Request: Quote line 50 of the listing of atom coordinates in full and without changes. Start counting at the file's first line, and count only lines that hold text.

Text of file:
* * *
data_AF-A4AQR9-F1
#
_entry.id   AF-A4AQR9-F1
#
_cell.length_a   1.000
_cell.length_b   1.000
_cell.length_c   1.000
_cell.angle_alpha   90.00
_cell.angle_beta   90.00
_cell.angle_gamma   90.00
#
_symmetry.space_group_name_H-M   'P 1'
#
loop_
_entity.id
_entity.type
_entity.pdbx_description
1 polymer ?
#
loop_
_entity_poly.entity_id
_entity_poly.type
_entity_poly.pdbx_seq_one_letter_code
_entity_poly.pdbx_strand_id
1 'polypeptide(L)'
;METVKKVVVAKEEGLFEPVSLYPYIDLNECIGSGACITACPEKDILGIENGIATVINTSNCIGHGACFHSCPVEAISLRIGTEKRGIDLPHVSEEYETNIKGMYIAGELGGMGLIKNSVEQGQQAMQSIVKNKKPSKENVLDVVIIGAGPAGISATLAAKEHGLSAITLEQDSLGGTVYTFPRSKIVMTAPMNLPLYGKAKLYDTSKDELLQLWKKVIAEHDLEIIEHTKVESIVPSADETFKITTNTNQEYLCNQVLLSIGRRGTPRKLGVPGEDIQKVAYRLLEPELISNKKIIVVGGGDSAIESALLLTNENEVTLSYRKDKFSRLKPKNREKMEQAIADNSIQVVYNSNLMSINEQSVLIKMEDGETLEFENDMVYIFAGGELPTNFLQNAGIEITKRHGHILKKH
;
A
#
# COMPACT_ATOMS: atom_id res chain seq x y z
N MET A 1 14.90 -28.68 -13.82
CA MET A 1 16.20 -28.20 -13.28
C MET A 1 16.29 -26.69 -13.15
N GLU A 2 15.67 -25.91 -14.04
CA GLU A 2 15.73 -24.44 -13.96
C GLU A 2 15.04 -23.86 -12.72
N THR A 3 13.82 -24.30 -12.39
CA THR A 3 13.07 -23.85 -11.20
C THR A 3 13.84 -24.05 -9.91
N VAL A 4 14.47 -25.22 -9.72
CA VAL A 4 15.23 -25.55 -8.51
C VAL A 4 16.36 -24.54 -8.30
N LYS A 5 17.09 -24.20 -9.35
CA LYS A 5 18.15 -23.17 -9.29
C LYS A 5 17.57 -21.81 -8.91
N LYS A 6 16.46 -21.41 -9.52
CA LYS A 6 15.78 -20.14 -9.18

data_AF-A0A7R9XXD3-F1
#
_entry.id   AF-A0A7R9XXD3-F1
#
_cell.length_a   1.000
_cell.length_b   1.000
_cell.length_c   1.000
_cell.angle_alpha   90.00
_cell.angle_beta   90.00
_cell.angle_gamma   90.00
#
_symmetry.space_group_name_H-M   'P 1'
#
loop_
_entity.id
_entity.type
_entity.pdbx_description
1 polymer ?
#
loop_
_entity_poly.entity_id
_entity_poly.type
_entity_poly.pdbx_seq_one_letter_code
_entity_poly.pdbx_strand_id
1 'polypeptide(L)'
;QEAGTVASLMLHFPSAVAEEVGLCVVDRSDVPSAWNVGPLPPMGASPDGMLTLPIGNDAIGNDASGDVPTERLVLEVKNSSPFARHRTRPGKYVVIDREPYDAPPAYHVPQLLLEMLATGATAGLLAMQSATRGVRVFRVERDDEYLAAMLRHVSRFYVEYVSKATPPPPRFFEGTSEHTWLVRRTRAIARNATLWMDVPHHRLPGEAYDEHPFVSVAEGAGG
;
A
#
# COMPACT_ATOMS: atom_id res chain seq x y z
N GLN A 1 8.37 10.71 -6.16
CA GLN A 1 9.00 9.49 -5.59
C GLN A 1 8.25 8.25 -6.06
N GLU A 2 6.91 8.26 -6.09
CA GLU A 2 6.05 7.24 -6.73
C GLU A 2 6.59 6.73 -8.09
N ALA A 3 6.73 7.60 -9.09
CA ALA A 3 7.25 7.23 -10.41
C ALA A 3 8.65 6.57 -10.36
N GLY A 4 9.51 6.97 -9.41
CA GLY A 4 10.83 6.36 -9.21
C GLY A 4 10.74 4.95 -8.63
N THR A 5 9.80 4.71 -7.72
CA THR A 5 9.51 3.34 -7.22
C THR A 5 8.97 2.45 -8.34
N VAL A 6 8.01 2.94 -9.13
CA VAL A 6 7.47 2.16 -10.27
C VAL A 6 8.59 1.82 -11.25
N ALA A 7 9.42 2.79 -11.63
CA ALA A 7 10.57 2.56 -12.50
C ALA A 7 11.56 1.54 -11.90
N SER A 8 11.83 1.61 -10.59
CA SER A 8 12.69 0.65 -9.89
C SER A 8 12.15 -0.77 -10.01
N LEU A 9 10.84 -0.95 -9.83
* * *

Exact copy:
_entry.id   AF-A0A7R9XXD3-F1